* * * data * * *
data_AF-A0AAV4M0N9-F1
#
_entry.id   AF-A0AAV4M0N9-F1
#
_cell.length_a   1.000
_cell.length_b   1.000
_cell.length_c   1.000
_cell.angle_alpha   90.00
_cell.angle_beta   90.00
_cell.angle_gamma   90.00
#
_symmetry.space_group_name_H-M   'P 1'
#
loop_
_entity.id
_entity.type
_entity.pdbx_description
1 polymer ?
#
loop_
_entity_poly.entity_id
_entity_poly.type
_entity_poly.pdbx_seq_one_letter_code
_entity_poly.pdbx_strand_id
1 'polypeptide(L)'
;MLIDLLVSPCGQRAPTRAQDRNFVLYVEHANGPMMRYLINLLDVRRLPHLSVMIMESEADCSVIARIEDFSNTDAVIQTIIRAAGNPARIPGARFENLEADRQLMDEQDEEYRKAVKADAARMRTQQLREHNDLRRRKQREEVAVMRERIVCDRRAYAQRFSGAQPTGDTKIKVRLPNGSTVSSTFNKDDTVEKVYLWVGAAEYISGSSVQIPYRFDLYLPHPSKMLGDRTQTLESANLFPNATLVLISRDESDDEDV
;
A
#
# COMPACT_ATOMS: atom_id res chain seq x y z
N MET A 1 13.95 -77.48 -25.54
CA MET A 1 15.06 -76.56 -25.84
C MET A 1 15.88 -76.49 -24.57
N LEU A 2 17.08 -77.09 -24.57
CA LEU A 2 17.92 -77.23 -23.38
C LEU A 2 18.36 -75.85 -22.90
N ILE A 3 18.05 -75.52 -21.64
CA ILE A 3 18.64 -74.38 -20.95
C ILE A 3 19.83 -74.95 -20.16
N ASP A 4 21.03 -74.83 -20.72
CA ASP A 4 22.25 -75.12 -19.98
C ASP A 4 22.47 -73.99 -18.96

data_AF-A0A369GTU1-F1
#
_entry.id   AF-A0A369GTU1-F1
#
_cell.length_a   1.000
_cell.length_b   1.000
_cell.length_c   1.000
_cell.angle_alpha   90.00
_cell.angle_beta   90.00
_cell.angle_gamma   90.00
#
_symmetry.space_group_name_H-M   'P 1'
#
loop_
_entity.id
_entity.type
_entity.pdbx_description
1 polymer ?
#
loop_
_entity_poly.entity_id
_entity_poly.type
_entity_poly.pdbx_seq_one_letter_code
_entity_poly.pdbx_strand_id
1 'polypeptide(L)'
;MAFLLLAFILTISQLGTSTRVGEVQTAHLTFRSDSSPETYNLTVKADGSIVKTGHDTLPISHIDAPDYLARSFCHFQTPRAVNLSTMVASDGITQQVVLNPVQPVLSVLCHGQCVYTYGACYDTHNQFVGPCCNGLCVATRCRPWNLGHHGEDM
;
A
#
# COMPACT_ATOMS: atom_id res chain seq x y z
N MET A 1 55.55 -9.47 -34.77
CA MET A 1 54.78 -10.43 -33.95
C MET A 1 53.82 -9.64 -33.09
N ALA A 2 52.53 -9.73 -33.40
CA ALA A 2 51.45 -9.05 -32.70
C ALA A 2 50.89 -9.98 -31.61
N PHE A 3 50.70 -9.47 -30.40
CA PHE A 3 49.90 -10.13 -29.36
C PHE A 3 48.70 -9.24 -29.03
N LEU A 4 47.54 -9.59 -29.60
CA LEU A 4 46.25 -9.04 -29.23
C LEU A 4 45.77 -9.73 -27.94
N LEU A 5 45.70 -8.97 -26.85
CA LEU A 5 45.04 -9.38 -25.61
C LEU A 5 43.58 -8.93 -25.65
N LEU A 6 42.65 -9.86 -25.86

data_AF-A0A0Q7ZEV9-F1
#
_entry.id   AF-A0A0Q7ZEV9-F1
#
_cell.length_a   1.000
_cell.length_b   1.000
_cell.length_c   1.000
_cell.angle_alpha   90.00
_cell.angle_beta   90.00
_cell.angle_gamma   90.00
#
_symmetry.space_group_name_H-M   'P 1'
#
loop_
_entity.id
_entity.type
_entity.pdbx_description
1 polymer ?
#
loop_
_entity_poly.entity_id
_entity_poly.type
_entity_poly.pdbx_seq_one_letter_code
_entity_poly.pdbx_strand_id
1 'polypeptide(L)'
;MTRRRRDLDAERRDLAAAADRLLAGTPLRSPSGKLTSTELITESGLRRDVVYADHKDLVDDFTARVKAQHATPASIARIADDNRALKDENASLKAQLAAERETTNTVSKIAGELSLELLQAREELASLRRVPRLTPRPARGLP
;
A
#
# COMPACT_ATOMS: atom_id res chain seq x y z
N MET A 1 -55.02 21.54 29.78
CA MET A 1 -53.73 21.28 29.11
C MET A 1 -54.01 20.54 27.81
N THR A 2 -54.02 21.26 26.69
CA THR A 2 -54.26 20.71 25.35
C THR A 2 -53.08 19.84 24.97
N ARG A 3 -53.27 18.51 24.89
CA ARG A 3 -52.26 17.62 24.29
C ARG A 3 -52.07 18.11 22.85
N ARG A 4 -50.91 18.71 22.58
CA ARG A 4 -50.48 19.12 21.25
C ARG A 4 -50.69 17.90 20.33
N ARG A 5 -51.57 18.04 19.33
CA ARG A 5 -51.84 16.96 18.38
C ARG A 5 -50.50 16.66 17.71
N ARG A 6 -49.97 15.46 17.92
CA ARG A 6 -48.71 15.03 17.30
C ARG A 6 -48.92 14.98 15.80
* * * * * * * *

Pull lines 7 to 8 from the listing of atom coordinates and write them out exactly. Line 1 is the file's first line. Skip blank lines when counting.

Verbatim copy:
_cell.length_c   1.000
_cell.angle_alpha   90.00